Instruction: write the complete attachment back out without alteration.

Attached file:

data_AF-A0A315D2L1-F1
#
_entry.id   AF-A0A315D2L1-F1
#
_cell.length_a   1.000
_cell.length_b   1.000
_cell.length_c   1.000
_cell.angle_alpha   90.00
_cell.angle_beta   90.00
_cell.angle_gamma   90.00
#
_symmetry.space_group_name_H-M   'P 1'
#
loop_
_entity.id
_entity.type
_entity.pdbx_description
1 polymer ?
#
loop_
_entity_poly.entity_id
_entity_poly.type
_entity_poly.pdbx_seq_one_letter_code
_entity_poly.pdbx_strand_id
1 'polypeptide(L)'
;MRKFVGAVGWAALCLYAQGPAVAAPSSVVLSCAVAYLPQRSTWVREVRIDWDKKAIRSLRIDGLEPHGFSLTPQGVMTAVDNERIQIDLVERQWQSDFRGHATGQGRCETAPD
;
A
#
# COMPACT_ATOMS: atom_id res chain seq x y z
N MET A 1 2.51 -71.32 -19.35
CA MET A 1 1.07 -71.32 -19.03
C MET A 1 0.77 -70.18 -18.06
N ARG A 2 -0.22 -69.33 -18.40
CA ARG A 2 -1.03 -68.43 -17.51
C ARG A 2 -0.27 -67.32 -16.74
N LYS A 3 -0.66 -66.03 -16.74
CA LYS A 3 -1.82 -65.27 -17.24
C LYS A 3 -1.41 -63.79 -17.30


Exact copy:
data_AF-A0A315D2L1-F1
#
_entry.id   AF-A0A315D2L1-F1
#
_cell.length_a   1.000
_cell.length_b   1.000
_cell.length_c   1.000
_cell.angle_alpha   90.00
_cell.angle_beta   90.00
_cell.angle_gamma   90.00
#
_symmetry.space_group_name_H-M   'P 1'
#
loop_
_entity.id
_entity.type
_entity.pdbx_description
1 polymer ?
#
loop_
_entity_poly.entity_id
_entity_poly.type
_entity_poly.pdbx_seq_one_letter_code
_entity_poly.pdbx_strand_id
1 'polypeptide(L)'
;MRKFVGAVGWAALCLYAQGPAVAAPSSVVLSCAVAYLPQRSTWVREVRIDWDKKAIRSLRIDGLEPHGFSLTPQGVMTAVDNERIQIDLVERQWQSDFRGHATGQGRCETAPD
;
A
#
# COMPACT_ATOMS: atom_id res chain seq x y z
N MET A 1 2.51 -71.32 -19.35
CA MET A 1 1.07 -71.32 -19.03
C MET A 1 0.77 -70.18 -18.06
N ARG A 2 -0.22 -69.33 -18.40
CA ARG A 2 -1.03 -68.43 -17.51
C ARG A 2 -0.27 -67.32 -16.74
N LYS A 3 -0.66 -66.03 -16.74
CA LYS A 3 -1.82 -65.27 -17.24
C LYS A 3 -1.41 -63.79 -17.30